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View Full Version : New Geometries Offered - Convex and Asymmetric Convex



Marko Tsourkan
05-09-2014, 03:43 PM
Just to give you guys some heads up.

I am going to start offering these as my ready-made knives, and do S grind only as custom orders. Unfortunately, S grind takes me 50-60% more time to grind and hand-finish a blade and it is hard for me to stay competitive.

There will be 2-3 variants, ranging from thin, medium, heavy (heavy duty prep knife, similar to Kato) convex. Asymmetric convex will be offered with wa handle only.

These will be good all around knives, with excellent HT (sharpness, sharpen-ability, edge retention and edge stability). I am going to offer these in 52100, A2, and AEB-L. Target hardness 62-63RC. These knives will be offered with leather and wooden sayas. Blades will be hand finished.

Thanks,

Marko

jgraeff
05-09-2014, 03:58 PM
Sounds great Marko!

I'd like to see a comparison between your grinds and performance.

Matus
05-09-2014, 04:48 PM
Marko - what should one expect concerning food release when comparing the S grind to convex one?

Marko Tsourkan
05-09-2014, 06:28 PM
The release on my convex blades will be comparable to other US makers who grind their blade to true convex (spine to edge vs convexed edge).

Heavy convex will have the best release out of the three as also will asymmetric convex, due to the smallest contact area on the sides. Thin and medium will glide through food with less effort.

S grind has better food release on most things in my opinion, but is also the hardest to produce.

jgraeff
05-09-2014, 08:46 PM
Marko,

I have been looking for s grind and can't find anything online just curious can you explain it?

Marko Tsourkan
05-09-2014, 11:11 PM
I think we can credit Devin for the coining the term S-grind (among other things) as the grind resembles the letter S. It's a combination of a convex and a concave grind.

The aim of this geometry to reduce a food contact surface to facilitate better food release and to reduce friction, as well as to lighten a blade. Shigefusa and Takeda are the only other two makers (known to me) that use this type of grind. In non-knives cutting things, I have seen this grind on axes and straight razors.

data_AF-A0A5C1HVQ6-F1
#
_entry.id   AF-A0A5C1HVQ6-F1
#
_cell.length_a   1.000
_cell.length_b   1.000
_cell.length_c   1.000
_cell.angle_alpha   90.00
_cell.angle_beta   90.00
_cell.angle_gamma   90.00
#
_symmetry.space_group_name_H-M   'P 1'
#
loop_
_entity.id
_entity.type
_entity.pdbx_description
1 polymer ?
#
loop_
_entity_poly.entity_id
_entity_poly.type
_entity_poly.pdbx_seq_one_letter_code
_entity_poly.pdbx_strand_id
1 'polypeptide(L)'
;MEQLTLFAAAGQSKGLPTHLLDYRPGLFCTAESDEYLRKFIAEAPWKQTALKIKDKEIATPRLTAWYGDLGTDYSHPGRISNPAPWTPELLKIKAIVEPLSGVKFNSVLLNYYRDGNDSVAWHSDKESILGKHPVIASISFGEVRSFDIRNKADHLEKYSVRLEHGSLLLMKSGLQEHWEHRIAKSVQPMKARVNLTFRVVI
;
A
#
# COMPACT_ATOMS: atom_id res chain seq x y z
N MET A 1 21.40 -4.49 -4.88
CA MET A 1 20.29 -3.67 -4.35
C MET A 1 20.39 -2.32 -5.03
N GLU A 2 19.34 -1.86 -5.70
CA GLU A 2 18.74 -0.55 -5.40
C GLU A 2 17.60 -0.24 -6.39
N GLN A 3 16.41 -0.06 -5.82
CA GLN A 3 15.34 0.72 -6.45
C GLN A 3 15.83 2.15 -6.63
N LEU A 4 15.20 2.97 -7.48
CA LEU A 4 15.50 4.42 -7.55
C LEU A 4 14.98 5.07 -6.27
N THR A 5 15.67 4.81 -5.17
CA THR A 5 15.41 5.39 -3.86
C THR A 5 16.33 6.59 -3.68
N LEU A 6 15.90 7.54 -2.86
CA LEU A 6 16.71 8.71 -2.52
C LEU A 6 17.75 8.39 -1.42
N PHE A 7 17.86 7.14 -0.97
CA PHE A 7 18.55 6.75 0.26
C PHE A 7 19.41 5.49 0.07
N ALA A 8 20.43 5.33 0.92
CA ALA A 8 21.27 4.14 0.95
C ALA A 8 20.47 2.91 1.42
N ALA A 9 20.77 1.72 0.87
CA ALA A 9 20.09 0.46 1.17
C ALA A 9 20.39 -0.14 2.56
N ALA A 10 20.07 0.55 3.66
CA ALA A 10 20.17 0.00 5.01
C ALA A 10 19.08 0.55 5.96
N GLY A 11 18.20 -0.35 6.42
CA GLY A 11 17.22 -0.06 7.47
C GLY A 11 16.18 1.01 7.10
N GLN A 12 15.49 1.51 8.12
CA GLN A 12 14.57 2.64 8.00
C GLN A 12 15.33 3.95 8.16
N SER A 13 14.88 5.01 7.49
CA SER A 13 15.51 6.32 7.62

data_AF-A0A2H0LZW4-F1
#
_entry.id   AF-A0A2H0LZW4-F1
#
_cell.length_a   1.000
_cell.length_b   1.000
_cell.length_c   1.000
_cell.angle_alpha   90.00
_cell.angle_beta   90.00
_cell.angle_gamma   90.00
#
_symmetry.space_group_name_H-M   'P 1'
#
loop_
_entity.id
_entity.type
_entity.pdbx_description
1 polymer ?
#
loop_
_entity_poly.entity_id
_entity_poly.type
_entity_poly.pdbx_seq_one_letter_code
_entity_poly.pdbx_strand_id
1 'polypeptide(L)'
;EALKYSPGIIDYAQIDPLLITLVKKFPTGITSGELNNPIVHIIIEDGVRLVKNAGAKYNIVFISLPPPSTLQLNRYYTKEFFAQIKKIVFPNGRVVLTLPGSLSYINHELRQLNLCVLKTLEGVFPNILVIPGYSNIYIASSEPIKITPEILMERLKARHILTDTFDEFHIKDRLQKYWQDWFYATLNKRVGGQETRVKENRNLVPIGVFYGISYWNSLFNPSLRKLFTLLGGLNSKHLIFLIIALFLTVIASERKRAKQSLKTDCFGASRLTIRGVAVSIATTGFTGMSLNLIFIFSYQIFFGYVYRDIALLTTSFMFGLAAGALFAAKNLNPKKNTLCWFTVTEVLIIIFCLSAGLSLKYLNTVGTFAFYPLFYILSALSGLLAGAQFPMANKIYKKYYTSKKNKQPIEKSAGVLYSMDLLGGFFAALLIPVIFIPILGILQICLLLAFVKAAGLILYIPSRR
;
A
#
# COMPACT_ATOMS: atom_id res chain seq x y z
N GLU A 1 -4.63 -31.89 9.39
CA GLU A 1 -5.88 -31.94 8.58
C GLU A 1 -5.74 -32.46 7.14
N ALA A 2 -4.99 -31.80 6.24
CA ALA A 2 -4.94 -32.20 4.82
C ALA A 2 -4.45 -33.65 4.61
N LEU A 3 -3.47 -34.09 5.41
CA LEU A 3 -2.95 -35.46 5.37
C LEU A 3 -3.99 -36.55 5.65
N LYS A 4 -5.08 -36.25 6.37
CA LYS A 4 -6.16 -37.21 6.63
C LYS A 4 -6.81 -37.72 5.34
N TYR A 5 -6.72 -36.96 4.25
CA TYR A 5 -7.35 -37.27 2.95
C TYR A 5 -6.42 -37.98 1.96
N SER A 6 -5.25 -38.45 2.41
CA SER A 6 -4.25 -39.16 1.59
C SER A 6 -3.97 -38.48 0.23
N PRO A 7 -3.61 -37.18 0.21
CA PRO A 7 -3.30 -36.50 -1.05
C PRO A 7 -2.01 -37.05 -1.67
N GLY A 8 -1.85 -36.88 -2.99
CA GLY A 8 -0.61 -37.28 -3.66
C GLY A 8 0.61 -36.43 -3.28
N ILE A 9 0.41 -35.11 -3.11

To my best knowledge, the S-grind blade can't be finished on a machine well, so there is quite a bit of elbow grease (hand sanding) to blend these two geometries into one, adding to a production time.

When I started making knives, I was grinding them in medium convex geometry. Over time I switched to S-grind as it was my personal preference and I thought it was a better grind for pro chefs who use up a knife faster than home users and would would find it easier to thin and maintain down the road.

Most knives by US makers are either convex ground, or flat ground with convex above the edge.

Marko

Steel in Texas
05-10-2014, 02:33 AM
Ready made knives... did I hear there might be a Marko knife available for sale... perhaps a wa handled asymmetric convex grind gyuto in AEB-L... :begging::begging::begging:

jgraeff
05-10-2014, 09:16 AM
I think we can credit Devin for the coining the term S-grind (among other things) as the grind resembles the letter S. It's a combination of a convex and a concave grind.

The aim of this geometry to reduce a food contact surface to facilitate better food release and to reduce friction, as well as to lighten a blade. Shigefusa and Takeda are the only other two makers (known to me) that use this type of grind. In non-knives cutting things, I have seen this grind on axes and straight razors.

To my best knowledge, the S-grind blade can't be finished on a machine well, so there is quite a bit of elbow grease (hand sanding) to blend these two geometries into one, adding to a production time.

When I started making knives, I was grinding them in medium convex geometry. Over time I switched to S-grind as it was my personal preference and I thought it was a better grind for pro chefs who use up a knife faster than home users and would would find it easier to thin and maintain down the road.

Most knives by US makers are either convex ground, or flat ground with convex above the edge.

Marko

Awesome thanks Marko!

Marko Tsourkan
05-10-2014, 11:39 AM
The idea is to keep getting some knives out, while my custom order list is closed for some time. I need to be able to generate some additional resources more efficiently, as my overhead cost keeps getting higher and that puts quite a bit of pressure on me.

I will do convex and asymmetric convex, and possibly some S grind as ready-made, but latter will have to be priced higher. Realistically, it will be about one blade a week.

AEB-L in the thickness I like to work in is on the way.

icanhaschzbrgr
05-10-2014, 05:00 PM
Cool.
Are those ready-made knives are going to be sold as lottery? As you may have noticed already, your knives are really hot here and usually sold in minutes in BST. So one knife in a week probably wouldn't change the situation…

Marko Tsourkan
05-22-2014, 12:20 PM
Just to give you some heads up on asymmetric convex. There will be two variations of this geometry offered, a workhorse and a laser. First one is a great knife for prep work, when moving through volume of produce is the goal. It will come in AEB-L, 52100 and A2

thinner version will be more of a detail knife, lighter and more nimble.

Marko Tsourkan
05-27-2014, 08:32 PM
Making some good progress on grinding knives in asymmetric convex geometry. Just a little more testing and feedback and this might join the S grind as my favorite geometries.

M

cruelraoul
05-27-2014, 11:02 PM
Can't wait to see them!

Marko Tsourkan
05-28-2014, 12:28 PM
I will do a video between performance comparison between these geometries in the next couple of weeks.

cruelraoul
05-28-2014, 01:30 PM
A video would be neat-o. Based on your targets and initial build observations, do you have any idea on what the general production volume of the new grinds might be over time? This would help us know the chance of general availability.

Marko Tsourkan
05-29-2014, 02:14 PM
I should probably include a convex blade in the video as well.